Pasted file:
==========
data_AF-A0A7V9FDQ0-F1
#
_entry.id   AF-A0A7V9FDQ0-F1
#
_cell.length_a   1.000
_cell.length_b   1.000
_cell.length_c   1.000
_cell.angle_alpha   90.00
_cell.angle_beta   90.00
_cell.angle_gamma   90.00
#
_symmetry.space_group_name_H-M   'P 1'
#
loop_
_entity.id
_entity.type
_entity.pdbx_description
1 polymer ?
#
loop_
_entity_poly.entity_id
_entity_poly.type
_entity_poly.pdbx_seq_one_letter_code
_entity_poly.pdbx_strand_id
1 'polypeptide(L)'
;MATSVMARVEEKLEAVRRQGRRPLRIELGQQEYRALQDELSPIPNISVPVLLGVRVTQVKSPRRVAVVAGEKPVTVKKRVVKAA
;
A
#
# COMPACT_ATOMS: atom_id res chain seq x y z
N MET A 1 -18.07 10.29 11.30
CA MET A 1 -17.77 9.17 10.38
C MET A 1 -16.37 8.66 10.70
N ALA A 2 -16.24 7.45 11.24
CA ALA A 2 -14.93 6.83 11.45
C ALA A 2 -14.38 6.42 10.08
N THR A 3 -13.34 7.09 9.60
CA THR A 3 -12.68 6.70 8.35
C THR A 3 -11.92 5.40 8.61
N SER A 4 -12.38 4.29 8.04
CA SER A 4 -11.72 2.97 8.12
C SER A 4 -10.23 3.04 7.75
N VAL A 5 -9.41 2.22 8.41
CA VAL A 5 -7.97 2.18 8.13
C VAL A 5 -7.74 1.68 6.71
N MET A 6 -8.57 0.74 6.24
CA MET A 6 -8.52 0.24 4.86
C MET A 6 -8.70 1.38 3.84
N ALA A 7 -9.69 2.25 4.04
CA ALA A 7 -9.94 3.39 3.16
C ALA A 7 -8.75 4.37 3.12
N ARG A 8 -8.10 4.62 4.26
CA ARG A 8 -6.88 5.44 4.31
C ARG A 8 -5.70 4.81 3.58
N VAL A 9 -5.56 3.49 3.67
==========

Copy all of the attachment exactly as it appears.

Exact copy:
data_AF-A0A7V9FDQ0-F1
#
_entry.id   AF-A0A7V9FDQ0-F1
#
_cell.length_a   1.000
_cell.length_b   1.000
_cell.length_c   1.000
_cell.angle_alpha   90.00
_cell.angle_beta   90.00
_cell.angle_gamma   90.00
#
_symmetry.space_group_name_H-M   'P 1'
#
loop_
_entity.id
_entity.type
_entity.pdbx_description
1 polymer ?
#
loop_
_entity_poly.entity_id
_entity_poly.type
_entity_poly.pdbx_seq_one_letter_code
_entity_poly.pdbx_strand_id
1 'polypeptide(L)'
;MATSVMARVEEKLEAVRRQGRRPLRIELGQQEYRALQDELSPIPNISVPVLLGVRVTQVKSPRRVAVVAGEKPVTVKKRVVKAA
;
A
#
# COMPACT_ATOMS: atom_id res chain seq x y z
N MET A 1 -18.07 10.29 11.30
CA MET A 1 -17.77 9.17 10.38
C MET A 1 -16.37 8.66 10.70
N ALA A 2 -16.24 7.45 11.24
CA ALA A 2 -14.93 6.83 11.45
C ALA A 2 -14.38 6.42 10.08
N THR A 3 -13.34 7.09 9.60
CA THR A 3 -12.68 6.70 8.35
C THR A 3 -11.92 5.40 8.61
N SER A 4 -12.38 4.29 8.04
CA SER A 4 -11.72 2.97 8.12
C SER A 4 -10.23 3.04 7.75
N VAL A 5 -9.41 2.22 8.41
CA VAL A 5 -7.97 2.18 8.13
C VAL A 5 -7.74 1.68 6.71
N MET A 6 -8.57 0.74 6.24
CA MET A 6 -8.52 0.24 4.86
C MET A 6 -8.70 1.38 3.84
N ALA A 7 -9.69 2.25 4.04
CA ALA A 7 -9.94 3.39 3.16
C ALA A 7 -8.75 4.37 3.12
N ARG A 8 -8.10 4.62 4.26
CA ARG A 8 -6.88 5.44 4.31
C ARG A 8 -5.70 4.81 3.58
N VAL A 9 -5.56 3.49 3.67